The board voted Thursday to close Parrish High School and Sipsey and T.S. Boyd elementary/junior high schools, which will go into effect at the end of this school year.
Adkins said he felt the sorrow and emotion from those in the crowd, but he stood by his recommendation of closing the schools.
“Well, today is the day. I know we’ve got some people that are going to be upset if this goes the way that I have explained and the reasons why that I was going to have to recommend that to be so. Nobody knows a board vote,” Adkins said. “I haven’t spoken with anybody on this board about that, but the reason that I was plain spoken last week was to where people would know where I stood so it wouldn’t be a shock when it got to this point. I think this is a sad day for this to be on the chopping block; these schools that have been there for a long period of time that have served their communities well, and nobody is certainly doing this for any other reason than they think it’s in the best interest of the children, if it is to be done.”
The vote was unanimous for closing Sipsey and Boyd, but District 3 board member Bill Edd Gilbert was the lone vote against shutting down Parrish High School.
Gilbert’s district covers Cordova, Oakman, Valley and Parrish.
“Like I’ve said before, the town of Parrish elected me, and I made a promise to them. They’re my children, and I’m their voice,” Gilbert said after the meeting. “The only thing that really bothered me is, you know, that Parrish, the high school, it’s the heartbeat of the community. I just hate to see it close. I hate it for the others; it’s the heartbeat of their small communities, too.”
Gilbert had no comment when asked why he voted for closing Sipsey and T.S. Boyd.
Sonia Waid, the District 4 board member who represents Dora, Sumiton, Sipsey and T.S. Boyd schools, said she heard a large number of negative comments from her communities, but she fully agreed with the decisions that were made Thursday.
“Mainly, since I’ve been on the board for seven years, the low enrollment at all of those schools has been discussed often, test scores have been discussed at those schools often. The lack of increased funding that we’re getting from the state, they’re not increasing what they’re giving us. With all those variables, from my standpoint, it’s purely a financial decision in order for us to move the entire system forward,” Waid said. “There are opportunities we could offer that we’re not able to offer now because we’re using our resources somewhere else, and this will allow us to get some of those resources pulled together and less redundancy and with that will come the benefit of having some funds to implement programs that we think will help children as they finish out of high school.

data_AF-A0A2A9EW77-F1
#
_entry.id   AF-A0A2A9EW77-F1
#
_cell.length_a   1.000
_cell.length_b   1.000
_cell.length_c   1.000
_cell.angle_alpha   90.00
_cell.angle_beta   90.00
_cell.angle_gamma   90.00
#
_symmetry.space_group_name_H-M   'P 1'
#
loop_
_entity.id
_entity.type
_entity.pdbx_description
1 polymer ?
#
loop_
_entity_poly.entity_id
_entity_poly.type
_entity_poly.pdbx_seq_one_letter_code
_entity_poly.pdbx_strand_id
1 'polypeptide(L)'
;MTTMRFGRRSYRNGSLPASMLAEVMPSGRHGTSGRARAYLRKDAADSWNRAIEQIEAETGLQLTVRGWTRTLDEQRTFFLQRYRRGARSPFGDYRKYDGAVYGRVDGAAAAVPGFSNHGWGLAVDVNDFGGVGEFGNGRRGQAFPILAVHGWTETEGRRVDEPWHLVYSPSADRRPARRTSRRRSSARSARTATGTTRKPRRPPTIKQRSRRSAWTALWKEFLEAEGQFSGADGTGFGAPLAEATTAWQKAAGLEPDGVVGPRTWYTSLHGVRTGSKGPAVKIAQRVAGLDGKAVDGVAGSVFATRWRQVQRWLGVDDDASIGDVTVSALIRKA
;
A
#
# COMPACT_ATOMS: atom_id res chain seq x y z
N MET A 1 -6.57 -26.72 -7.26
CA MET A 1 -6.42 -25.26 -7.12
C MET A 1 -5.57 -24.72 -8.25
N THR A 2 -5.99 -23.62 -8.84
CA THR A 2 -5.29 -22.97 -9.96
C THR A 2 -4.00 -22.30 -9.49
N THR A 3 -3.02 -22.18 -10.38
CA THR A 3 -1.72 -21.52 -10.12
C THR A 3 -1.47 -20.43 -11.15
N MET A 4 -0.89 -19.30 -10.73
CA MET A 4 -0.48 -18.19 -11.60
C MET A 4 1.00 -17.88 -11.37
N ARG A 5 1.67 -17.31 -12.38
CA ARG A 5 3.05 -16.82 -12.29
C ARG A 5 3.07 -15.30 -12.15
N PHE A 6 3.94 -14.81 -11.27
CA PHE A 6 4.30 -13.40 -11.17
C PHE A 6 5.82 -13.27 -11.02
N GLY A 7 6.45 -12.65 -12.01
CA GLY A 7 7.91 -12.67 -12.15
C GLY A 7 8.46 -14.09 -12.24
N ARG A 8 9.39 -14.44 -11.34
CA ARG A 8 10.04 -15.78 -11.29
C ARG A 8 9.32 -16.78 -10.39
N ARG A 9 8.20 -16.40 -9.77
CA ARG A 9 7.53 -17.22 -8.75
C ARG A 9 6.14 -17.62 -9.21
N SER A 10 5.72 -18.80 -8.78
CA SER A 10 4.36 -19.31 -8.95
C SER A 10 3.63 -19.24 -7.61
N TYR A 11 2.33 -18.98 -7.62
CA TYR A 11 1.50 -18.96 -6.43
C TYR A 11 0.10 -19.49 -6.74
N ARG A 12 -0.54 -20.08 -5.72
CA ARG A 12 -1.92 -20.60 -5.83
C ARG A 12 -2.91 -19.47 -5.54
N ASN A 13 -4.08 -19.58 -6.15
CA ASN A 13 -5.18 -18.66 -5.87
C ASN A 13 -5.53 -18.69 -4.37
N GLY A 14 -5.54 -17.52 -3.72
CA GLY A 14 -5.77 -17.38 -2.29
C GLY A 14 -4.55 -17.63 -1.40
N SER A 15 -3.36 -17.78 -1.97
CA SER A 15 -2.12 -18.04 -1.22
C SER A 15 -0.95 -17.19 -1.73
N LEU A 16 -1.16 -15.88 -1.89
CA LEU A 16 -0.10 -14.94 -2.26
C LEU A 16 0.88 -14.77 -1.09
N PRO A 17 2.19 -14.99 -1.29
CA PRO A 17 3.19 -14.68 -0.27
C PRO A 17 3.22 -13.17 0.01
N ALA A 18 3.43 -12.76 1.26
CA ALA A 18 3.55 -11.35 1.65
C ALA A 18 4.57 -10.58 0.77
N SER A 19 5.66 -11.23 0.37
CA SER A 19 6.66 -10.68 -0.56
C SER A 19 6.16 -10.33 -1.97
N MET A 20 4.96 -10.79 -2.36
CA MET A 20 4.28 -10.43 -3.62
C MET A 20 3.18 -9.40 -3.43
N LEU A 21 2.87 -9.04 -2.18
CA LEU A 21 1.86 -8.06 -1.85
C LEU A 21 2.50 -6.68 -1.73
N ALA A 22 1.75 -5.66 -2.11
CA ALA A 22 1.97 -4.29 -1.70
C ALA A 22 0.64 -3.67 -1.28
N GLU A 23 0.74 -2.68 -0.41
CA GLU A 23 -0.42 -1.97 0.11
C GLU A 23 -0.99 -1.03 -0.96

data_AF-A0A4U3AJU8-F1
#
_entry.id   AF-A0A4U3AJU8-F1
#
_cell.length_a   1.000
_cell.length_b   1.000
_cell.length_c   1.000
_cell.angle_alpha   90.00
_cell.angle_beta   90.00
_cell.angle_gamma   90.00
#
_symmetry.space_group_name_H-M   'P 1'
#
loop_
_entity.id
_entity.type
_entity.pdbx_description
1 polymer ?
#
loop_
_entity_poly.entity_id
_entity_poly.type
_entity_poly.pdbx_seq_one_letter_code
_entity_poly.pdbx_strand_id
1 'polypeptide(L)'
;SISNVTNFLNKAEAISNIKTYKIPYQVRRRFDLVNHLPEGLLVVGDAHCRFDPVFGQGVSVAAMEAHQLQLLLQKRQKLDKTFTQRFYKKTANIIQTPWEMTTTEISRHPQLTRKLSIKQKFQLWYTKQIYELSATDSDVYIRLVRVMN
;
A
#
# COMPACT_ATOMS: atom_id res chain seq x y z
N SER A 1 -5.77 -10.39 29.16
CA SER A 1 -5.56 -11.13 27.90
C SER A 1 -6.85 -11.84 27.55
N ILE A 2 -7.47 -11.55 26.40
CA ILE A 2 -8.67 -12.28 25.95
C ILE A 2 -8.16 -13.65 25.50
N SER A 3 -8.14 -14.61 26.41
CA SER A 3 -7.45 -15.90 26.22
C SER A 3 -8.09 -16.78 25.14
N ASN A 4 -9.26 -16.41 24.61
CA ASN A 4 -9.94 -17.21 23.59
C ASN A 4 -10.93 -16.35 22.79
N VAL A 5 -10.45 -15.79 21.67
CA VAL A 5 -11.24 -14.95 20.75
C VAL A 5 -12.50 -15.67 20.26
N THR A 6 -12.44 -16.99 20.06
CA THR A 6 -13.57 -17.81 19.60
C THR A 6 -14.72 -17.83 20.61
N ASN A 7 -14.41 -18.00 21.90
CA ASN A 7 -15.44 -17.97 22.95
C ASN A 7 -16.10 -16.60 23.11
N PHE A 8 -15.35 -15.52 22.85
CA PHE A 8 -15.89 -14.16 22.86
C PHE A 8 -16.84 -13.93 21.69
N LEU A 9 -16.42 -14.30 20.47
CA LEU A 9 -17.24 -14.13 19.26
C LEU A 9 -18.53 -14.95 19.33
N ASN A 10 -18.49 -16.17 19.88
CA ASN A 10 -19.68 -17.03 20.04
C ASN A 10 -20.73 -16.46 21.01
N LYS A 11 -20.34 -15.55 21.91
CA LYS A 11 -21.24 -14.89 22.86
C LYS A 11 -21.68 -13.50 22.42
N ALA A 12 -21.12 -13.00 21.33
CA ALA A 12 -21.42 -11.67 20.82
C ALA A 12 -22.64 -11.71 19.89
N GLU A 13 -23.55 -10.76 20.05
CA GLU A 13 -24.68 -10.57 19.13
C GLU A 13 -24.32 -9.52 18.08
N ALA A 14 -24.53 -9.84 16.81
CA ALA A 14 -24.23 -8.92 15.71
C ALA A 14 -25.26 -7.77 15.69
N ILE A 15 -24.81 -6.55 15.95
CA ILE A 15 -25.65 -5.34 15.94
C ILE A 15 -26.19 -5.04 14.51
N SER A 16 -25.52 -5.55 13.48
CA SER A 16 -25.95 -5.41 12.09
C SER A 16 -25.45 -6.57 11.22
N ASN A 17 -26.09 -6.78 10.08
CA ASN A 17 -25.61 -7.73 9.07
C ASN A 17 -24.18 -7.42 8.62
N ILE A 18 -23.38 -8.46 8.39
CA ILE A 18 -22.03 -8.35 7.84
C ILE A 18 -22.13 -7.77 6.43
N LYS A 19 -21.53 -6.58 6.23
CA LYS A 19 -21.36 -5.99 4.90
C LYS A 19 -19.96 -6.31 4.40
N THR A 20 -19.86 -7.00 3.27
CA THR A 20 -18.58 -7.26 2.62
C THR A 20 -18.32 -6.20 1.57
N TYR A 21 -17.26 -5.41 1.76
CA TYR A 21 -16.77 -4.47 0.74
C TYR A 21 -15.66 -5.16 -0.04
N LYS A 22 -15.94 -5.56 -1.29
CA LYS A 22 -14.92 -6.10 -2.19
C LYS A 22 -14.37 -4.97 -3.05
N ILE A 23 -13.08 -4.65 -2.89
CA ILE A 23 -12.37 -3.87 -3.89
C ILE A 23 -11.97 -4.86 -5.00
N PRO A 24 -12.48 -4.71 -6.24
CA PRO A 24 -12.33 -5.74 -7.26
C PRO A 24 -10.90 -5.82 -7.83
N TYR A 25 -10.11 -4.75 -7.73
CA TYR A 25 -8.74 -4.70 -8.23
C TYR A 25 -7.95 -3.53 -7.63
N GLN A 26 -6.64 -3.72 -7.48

“It’s very emotional because I am from Sipsey. That’s where I grew up, and that’s where I went to school. I don’t have the luxury of being emotional. I’m responsible to 8,000 kids, and I love my little school and my little town, but I have to love the schools and towns of 8,000 other kids also,” she continued. “I had a lot of negative feedback from the community [about the closings]. ... I think plenty of people will be excited for their kids to go to the new facility in Sumiton and see it as an opportunity. That’s what we wanted to offer was an opportunity, a greater opportunity than what they’re getting now.”
Not everyone in attendance was pleased with the board’s decision. Adkins bragged on the behaviors of those in the crowd, saying the meeting was “way better than expected” and how he continued to “be impressed with the people of Parrish and their students.” However, a large majority of people were not happy about the closings.
“I’m a junior, and I’ve been there since I was, well I went to kindergarten twice, so I’ve been there 13 years,” said a very emotional Sarah Cagle. “I’ve turned down moving with my momma to Double Springs, for example. I turned that down and being with my best friend, to stay and graduate at Parrish because that’s my home.